The house slaves of Victorian Britain

Written to the Daily Express.
Your article on life below stairs was interesting but appeared to slide over one important aspect of such employment. 
  
The section on accommodation gave a hint with its reference to the maids (sic!) being berthed well away from the menservants in the “virgins wing”.
 
My understanding, from conversations with my parents about family History, is that the lower orders found it very difficult to live as married couples and that, as with the slaves portrayed in the TV series “Roots”, such marriages as did happen, were frowned upon and had to be “over the brush”, to avoid the consequent possibility of dismissal.
 
Few servants would have had sufficient savings to do more than barely survive, once dismissed from Service and the threat of moving out of a Grand House into one of the brick favela’s, portrayed in The road to Wigan Pier, would have been sufficient motivation to put up with these Conditions of Employment.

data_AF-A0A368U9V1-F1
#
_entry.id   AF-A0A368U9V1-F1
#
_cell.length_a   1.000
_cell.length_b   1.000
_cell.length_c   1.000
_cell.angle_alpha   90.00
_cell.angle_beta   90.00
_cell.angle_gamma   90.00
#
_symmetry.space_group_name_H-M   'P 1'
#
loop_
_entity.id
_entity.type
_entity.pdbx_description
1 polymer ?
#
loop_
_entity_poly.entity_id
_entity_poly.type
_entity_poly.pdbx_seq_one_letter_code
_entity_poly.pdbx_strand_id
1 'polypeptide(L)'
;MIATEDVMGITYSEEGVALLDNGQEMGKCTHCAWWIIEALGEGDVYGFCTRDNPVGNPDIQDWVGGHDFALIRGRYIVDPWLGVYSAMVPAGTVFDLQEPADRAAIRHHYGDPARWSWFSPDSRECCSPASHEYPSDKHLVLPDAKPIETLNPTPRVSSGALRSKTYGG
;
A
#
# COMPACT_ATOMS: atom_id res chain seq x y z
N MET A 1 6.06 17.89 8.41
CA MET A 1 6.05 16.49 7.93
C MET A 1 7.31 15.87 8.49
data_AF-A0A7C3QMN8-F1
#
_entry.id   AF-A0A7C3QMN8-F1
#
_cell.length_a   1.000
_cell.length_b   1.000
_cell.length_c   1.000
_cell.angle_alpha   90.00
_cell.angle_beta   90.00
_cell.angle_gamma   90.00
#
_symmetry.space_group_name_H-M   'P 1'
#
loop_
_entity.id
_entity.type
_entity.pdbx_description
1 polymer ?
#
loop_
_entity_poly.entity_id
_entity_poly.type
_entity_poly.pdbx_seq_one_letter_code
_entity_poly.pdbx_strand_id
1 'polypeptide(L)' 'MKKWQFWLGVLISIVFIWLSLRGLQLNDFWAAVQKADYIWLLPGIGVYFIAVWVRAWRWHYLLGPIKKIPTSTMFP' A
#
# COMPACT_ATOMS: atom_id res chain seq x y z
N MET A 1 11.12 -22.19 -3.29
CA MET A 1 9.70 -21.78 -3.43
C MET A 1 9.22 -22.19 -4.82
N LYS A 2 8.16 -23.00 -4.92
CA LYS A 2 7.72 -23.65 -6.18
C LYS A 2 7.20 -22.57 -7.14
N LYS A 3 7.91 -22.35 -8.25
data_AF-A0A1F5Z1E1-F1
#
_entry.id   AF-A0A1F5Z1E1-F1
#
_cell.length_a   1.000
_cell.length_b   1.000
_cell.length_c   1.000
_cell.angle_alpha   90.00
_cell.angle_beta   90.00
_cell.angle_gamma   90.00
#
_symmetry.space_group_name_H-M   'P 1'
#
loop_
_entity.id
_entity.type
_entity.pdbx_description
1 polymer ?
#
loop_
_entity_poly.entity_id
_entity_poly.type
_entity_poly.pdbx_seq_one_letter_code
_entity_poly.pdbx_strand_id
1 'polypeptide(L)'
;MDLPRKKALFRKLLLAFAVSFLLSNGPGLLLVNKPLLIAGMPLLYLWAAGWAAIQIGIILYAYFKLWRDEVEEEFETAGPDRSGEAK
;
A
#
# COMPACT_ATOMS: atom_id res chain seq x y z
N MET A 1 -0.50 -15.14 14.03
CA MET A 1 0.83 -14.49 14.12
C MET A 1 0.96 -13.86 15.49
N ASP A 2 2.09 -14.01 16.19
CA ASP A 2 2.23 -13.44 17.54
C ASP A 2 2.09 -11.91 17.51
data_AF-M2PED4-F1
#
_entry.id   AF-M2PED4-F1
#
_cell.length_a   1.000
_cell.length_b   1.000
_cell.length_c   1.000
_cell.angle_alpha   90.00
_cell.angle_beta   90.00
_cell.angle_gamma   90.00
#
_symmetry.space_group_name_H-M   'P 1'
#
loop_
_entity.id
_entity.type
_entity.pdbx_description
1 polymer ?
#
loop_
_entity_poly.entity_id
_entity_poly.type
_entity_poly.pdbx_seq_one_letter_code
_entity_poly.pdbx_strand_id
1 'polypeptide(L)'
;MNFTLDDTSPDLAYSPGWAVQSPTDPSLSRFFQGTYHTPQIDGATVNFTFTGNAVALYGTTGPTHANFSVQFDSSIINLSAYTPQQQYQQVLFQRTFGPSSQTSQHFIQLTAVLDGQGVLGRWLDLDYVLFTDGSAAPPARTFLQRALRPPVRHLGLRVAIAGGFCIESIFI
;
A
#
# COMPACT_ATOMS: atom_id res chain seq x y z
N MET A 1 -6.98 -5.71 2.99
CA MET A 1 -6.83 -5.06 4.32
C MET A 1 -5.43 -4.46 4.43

The lucky ones, died in service but those who grew too old to maintain their posts, would die destitute in the Workhouse.
 
It is worth remembering that the point of Charles Dickens writing Oliver Twist was not to provide the basis of a hit musical but to shame “Upstairs” folk into giving more thought to how they were treating their fellow man and, at the same time, to express his opposition to the Victorian values, later espoused by Margaret Thatcher and Tony Blair.
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